However, like so many bullies you will often find that this can be someone who either knows no better or is under stress and they are themselves running scared of the situation they have found themselves in.

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The Invisible Boss

This can either present itself as management from afar (usually the golf course or ‘important meetings) or just a boss who is too busy being important to deal with their staff.

It can feel refreshing as you will often have almost total freedom with your manager taking little or no interest in your activities, however you will soon find that you also lack the support that a good manager will provide. Without direction you may feel you are doing well just to find that you are not delivering against expectations you were not told about and suddenly it is all your fault.

The Micro Manager

The frustration of having a manager who feels the need to be involved in everything you do. The polar opposite to the Invisible Boss you will feel that there is no trust in your work as they will want to meddle in everything you do.

Dealing with the micro-manager can be difficult. Often their management style comes from their own insecurity. You can try confronting them, tell them that you can do your job however in many cases this will not succeed and can in fact make things worse.

The Over Promoted Boss

The Over promoted boss categorises someone who has no idea. They have found themselves in a management position through service, family or some corporate mystery. They are people who are not only highly unqualified to be managers they will generally be unable to do even your job.

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You can find yourself persistently frustrated by the situation you are in, however it can seem impossible to get out without handing over your resignation.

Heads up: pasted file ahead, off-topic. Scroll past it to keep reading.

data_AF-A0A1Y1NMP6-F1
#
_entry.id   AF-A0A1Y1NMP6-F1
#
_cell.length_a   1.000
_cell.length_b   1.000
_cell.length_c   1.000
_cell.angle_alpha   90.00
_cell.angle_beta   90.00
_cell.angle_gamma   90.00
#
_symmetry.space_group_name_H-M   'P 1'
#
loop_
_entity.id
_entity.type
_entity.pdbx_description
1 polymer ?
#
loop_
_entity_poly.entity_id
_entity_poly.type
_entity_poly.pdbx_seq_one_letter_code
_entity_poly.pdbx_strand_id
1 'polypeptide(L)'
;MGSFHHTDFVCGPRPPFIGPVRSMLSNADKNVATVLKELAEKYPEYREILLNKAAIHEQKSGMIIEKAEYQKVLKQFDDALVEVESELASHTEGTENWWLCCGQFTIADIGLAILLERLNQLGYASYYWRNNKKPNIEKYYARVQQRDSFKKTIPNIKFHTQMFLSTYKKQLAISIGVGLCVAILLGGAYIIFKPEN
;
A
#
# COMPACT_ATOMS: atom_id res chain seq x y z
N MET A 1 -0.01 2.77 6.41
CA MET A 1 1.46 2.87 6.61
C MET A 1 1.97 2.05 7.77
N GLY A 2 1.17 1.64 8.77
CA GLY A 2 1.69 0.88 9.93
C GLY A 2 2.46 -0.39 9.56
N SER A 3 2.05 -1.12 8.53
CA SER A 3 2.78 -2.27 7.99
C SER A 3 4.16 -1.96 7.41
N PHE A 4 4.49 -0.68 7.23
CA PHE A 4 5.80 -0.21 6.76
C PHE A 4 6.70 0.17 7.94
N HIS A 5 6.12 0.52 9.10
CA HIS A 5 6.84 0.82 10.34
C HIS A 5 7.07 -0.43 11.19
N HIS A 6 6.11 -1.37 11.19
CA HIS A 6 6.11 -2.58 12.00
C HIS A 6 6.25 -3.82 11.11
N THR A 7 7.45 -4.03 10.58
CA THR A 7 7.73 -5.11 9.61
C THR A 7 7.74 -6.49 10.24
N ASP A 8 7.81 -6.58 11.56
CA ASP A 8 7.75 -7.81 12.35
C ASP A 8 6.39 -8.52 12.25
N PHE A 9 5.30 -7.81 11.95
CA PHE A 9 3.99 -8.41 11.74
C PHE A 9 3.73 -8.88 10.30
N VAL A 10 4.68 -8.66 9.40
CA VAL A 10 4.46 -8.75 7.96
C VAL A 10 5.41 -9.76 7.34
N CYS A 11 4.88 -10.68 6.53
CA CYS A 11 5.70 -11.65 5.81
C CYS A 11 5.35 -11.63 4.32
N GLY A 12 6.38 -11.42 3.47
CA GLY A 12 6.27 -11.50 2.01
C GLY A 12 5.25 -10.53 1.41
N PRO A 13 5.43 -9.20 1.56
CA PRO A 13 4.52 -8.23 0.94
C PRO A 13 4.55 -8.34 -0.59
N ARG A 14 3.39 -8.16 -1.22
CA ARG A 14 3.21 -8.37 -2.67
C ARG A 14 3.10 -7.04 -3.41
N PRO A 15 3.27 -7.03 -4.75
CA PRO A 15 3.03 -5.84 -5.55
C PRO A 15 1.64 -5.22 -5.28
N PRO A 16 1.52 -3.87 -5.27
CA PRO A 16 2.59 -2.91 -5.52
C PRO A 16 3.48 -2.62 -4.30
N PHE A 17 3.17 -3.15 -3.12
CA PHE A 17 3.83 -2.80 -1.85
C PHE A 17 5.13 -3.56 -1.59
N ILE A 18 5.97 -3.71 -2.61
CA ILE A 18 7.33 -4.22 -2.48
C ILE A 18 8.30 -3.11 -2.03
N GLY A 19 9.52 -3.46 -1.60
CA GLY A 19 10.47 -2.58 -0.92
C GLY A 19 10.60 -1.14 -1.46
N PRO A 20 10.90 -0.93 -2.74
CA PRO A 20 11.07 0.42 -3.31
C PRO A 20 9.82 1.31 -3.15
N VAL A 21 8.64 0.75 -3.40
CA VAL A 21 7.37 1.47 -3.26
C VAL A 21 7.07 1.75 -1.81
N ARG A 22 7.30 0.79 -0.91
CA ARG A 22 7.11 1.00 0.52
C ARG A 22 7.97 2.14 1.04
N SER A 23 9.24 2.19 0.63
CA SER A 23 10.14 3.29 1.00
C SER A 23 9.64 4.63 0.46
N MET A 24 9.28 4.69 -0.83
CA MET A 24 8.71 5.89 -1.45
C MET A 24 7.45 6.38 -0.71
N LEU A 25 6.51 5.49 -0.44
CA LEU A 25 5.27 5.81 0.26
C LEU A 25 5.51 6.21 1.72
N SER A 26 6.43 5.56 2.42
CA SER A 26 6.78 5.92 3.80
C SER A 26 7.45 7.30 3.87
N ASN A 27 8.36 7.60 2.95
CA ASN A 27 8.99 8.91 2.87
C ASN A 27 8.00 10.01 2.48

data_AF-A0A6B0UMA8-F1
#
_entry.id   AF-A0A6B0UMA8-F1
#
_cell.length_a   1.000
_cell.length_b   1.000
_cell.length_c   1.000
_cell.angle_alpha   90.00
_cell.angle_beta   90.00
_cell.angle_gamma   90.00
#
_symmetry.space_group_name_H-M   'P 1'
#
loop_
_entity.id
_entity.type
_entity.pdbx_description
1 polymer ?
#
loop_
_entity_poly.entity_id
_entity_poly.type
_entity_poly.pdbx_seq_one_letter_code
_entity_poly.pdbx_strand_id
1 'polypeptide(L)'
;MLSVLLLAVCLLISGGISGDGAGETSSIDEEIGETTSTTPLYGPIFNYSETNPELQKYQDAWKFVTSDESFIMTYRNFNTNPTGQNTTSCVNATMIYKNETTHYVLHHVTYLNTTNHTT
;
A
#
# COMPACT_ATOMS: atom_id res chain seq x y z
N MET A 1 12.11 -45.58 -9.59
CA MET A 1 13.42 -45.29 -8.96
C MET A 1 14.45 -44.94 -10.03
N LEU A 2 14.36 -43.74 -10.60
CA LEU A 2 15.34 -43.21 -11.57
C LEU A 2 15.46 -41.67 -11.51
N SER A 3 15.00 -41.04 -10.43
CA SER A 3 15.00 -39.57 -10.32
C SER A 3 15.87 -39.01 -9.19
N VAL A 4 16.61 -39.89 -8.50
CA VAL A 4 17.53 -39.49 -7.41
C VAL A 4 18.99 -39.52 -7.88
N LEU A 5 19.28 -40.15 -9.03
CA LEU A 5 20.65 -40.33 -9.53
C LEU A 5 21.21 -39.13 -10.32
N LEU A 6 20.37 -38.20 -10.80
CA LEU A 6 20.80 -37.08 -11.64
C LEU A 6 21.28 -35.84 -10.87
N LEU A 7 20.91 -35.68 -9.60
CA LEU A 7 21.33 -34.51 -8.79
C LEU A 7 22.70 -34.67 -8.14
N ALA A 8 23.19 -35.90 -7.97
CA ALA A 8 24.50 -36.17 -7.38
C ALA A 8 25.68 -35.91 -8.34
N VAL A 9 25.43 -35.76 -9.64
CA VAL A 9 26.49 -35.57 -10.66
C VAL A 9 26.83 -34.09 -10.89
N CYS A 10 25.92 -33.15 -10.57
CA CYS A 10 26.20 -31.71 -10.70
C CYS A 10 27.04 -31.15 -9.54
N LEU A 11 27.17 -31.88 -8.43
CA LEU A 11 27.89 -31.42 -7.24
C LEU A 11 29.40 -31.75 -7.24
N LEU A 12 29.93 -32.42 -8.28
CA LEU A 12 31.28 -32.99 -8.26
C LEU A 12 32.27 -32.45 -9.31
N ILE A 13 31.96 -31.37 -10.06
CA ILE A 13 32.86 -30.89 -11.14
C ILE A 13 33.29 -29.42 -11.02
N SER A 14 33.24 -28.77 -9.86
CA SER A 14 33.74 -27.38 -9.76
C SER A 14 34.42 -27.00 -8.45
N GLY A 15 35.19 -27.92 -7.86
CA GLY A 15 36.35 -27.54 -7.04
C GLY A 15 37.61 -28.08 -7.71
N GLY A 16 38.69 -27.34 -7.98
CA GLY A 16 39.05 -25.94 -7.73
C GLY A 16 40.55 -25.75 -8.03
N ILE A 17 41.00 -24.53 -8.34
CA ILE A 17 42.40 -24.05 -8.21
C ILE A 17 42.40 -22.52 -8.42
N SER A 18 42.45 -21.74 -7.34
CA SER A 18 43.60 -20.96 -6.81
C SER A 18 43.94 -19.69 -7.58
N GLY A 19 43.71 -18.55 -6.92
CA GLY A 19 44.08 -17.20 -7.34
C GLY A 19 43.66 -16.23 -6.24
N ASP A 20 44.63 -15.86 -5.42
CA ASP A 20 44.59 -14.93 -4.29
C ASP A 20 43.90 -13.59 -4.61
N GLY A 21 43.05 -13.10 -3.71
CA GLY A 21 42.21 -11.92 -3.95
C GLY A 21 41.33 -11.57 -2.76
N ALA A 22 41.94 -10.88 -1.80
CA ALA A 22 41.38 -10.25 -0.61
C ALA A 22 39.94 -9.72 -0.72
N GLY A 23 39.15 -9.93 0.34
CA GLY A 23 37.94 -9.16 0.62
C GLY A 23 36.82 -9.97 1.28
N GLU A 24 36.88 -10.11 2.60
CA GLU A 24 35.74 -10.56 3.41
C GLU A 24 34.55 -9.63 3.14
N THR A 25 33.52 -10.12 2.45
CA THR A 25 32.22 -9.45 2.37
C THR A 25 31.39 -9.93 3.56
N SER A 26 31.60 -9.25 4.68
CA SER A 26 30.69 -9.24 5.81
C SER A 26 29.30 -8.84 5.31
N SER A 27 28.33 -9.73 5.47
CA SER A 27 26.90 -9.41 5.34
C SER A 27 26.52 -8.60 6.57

The Credit Stealer

The credit stealer is the boss who will never publically acknowledge the work you do. You will put in the extra hours working on a project and you know that, in the ‘big meeting’ it will be your credit stealing boss who will take all of the credit!

Again it is demoralising, you see all of the credit for your labour being stolen and this can often lead to good employees looking for new careers.

3 Essential Ways to Work (Cope) with Bad Managers

Whatever type of bad boss you have there are certain things that you can do to ensure that you get the recognition and protection you require to not only remain sane but to also build your career.

1. Keep evidence

Whether it is incidents with the bully or examples of projects you have completed with the credit stealer you will always be well served to keep notes and supporting evidence for projects you are working on.

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Buy your own notebook and ensure that you are always making notes, it becomes a habit and a very useful one as you have a constant reminder as well as somewhere to explore ideas.

Importantly, if you do have to go to HR or stand-up for yourself you will have clear records! Also, don’t always trust that corporate servers or emails will always be available or not tampered with. Keep your own content.

2. Hold regular meetings

Ensure that you make time for regular meetings with your boss. This is especially useful for the over-promoted or the invisible boss to allow you to ‘manage upwards’. Take charge where you can to set your objectives and use these meetings to set clear objectives and document the status of your work.

3. Stand your ground, but be ready to jump…

Remember that you don’t have to put up with poor management. If you have issues you should face them with your boss, maybe they do not know that they are coming across in a bad way.

However, be ready to recognise if the situation is not going to change. If that is the case, keep your head down and get working on polishing your CV! If it isn’t working, there will be something better out there for you!

Good luck!